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Rolling Thunder
(© Biswapriya Purkayastha)

Page 1

Grim Rippers MC, says the sign on the red brick wall, in large black letters on pale grey. The letters are stylised Gothic, set below the club logo of a hooded skull and crossed scythes. Itís evening, just after dusk, and the skull glows faintly luminous with phosphorescence.

"It might look cheesy," Iíd been warned, "but do not be tempted to laugh. Not even to yourself. There is nothing funny about these people." As though Iíd needed to be told that.

Itís a strange place to have an outlaw biker clubhouse, in this fairly upscale residential district with its tree-lined streets and neat houses with well-tended little gardens out front. Itís an especially strange place to find this particular kind of biker clubhouse. These streets were built with family cars in mind, modestly fashionable vehicles hushing by unobtrusively to work or shopping at the malls downtown. Nobody probably ever imagined theyíd echo to the pulsating beat of V-twin cruiser engines. But then thereís nothing usual about the people inside those walls. Nothing at all.

There are motorcycles parked in a double line on the small concrete court by the gate, along with a couple of pickup trucks. I glance at them, counting quickly; there are about fourteen or fifteen. Not a full house then, because some of these will be associatesí and prospectsí bikes, but still a fair number of the full-patch members will be here tonight. I can imagine them on the other side of the wall, and Iím sure a couple of sets of eyes are watching me at this moment, sizing me up, and more likely than not checking to make sure Iím the one they expect.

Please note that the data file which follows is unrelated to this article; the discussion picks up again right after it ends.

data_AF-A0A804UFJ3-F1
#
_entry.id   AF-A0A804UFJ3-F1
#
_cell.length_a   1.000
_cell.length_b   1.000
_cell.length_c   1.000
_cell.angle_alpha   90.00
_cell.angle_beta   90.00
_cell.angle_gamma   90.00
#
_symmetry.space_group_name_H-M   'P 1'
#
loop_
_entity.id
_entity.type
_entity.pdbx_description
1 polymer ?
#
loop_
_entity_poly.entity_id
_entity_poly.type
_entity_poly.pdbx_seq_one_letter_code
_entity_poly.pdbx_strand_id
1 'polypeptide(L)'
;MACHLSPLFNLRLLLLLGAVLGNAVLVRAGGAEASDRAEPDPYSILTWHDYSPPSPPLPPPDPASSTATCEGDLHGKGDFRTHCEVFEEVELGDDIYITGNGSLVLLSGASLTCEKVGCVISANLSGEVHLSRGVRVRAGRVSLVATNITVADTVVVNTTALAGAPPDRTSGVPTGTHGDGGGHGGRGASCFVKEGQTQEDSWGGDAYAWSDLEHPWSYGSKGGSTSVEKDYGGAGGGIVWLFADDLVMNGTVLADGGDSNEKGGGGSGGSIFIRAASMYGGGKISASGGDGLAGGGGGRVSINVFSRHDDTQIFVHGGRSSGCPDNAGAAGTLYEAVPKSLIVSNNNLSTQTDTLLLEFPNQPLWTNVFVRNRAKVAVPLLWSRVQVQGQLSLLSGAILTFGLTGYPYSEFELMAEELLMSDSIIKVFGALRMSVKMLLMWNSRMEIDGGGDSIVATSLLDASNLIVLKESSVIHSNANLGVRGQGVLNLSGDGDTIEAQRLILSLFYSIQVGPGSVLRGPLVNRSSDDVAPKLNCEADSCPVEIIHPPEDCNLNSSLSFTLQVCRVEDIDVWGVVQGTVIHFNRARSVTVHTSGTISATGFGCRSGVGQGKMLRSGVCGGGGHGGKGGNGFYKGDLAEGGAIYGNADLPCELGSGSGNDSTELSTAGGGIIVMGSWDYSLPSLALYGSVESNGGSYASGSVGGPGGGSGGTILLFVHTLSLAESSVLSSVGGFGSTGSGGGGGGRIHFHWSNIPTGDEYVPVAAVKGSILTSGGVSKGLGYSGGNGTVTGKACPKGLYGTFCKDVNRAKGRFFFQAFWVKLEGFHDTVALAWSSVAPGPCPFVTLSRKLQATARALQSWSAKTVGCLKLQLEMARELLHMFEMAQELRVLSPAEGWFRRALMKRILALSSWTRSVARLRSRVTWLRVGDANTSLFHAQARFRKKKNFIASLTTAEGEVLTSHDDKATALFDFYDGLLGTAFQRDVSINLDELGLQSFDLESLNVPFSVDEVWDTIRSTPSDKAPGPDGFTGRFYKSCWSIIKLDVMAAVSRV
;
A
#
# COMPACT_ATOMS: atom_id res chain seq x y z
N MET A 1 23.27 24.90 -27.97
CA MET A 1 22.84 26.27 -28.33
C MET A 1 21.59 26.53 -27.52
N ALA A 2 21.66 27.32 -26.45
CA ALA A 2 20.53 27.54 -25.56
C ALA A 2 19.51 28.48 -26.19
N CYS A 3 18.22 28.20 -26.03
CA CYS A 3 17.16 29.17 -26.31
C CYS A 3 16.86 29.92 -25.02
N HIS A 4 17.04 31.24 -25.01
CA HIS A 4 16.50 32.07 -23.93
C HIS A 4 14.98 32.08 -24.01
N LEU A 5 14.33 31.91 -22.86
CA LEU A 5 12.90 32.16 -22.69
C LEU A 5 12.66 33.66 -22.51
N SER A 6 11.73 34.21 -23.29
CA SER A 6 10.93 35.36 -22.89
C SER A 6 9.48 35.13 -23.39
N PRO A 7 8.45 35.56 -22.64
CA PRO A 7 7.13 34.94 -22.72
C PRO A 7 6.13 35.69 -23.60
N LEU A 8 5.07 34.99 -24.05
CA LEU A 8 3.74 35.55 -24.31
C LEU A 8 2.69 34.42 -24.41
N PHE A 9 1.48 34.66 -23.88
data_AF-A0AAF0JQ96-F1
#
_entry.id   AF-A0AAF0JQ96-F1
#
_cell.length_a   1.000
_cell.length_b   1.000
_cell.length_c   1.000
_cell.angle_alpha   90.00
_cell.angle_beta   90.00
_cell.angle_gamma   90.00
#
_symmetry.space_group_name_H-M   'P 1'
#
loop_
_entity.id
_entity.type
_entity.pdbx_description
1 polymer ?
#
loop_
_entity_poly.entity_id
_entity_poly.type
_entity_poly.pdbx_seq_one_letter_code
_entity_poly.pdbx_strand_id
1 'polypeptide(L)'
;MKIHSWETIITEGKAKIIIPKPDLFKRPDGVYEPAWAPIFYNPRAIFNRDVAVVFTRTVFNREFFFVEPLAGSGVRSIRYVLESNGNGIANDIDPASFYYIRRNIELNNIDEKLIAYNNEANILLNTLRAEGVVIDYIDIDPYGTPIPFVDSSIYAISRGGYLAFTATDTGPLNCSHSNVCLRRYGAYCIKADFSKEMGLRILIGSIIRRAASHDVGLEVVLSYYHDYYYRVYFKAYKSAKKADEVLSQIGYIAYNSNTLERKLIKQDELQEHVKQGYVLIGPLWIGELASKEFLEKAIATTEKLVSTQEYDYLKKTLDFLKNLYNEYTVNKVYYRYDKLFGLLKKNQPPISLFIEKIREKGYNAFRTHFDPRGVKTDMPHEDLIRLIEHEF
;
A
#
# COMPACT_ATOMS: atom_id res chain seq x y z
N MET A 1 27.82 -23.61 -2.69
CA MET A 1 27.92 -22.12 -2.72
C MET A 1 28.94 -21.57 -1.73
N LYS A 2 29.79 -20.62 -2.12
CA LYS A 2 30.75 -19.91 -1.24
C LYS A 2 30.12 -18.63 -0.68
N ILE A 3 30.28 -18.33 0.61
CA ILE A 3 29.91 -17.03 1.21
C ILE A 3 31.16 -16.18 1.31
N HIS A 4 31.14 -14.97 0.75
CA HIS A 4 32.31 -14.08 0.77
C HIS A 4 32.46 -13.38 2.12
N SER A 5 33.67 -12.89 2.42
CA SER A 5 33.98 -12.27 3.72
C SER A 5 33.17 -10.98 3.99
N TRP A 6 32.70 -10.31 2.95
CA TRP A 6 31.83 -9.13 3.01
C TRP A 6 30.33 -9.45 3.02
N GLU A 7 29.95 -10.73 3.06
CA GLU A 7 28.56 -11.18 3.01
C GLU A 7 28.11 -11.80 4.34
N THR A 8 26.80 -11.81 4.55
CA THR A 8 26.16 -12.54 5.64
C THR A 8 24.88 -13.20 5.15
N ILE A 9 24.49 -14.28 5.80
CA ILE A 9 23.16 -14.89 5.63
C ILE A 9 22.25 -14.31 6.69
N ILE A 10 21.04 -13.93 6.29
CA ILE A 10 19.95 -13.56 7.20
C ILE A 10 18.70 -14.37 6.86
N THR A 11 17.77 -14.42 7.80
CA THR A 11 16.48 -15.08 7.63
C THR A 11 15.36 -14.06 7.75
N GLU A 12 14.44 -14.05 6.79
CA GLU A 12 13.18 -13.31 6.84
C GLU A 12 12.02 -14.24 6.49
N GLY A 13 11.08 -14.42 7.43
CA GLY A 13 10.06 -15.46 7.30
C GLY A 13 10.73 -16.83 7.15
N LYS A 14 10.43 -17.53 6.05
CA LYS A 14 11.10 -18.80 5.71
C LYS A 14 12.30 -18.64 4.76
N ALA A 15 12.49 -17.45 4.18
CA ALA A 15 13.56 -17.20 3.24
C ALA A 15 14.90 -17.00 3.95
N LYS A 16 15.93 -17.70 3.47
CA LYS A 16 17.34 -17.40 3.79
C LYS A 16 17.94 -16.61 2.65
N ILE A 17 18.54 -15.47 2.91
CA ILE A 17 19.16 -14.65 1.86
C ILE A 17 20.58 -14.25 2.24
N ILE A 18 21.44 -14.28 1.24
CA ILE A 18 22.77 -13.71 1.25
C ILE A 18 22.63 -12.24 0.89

Despite my training, I feel my tension rising, and pause a moment to get myself under control; but not too much, not all the way to base-level calmness. Theyíll detect my nervousness, of course, and to some extent theyíll be expecting nervousness. Nervousness is normal under these circumstances. But theyíd react as suspiciously to outright anxiety as they would to a dead Ė if youíll forgive the pun Ė calm. Theyíre as sensitive to atmosphere as hunted wild animals, and they can be as dangerous as one of those wild animals when brought to bay.

Iím ready for my role, I tell myself, once again. I wonít screw up by making some stupid mistake. I repeat it quickly, so that I know itís true, and walk up to the gate.

The owner of one of the sets of eyes Iíd known were watching me steps out of a small wooden cubicle next to the gate. Heís a big man with a round hairless head, shining in the light pouring down on us from the floodlight on the gatepost. He crosses his beefy arms on his white T shirt and stares at me silently.

"Iím expected," I say after it becomes obvious heís not going to make the first move. "Iím..." for the briefest instant I have a shaft of panic when I canít remember my code name, but then it comes to me. "Bill," I tell him. "Bill Butcher. Roggy one-percenter invited me."

For a moment he doesnít react, his stony expressionless eyes gazing into mine. Then he holds out a hand. I fumble my ID through the wire mesh to him; he takes it without a word and disappears into the cubicle. After a couple of minutes, thereís a faint hum of an electric motor and the gate begins to slide open.

The big man reappears, and speaks for the first time. His voice is harsh and low, as if it is an effort for him to talk. Perhaps it is. "Roggy will be here later," he says. "Youíre to go in and wait."

"All right. What about my licence?"

He stares at me. "Youíll get it back when you leave. Rules of the house."

Iíd been coached to look out for any attempt to intimidate or dominate me, and to resist from the outset, but it seems counterproductive to raise a ruckus before even getting into the clubhouse. So I shrug, turn away and walk up the steps to the door, which looks very heavy, as though itís sheathed in metal under the wood. More likely than not it is.

Itís already opening, and another man appears. This oneís surprisingly small, barely up to my shoulder, and thin, almost spindly, which makes me instantly wary. His short stature means he must make up in other attributes what he lacks in centimetres. The club can pick and choose its members Ė it isnít hurting for candidates Ė and it recruits only the best. He grins up at me, a feral smile with a lot of tooth and little else.

[ Continue to page 2 ]

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Genre:Living Dead
Type:Medium length story
Rating:8.21 / 10
Rated By:39 users
Comments: 4 users
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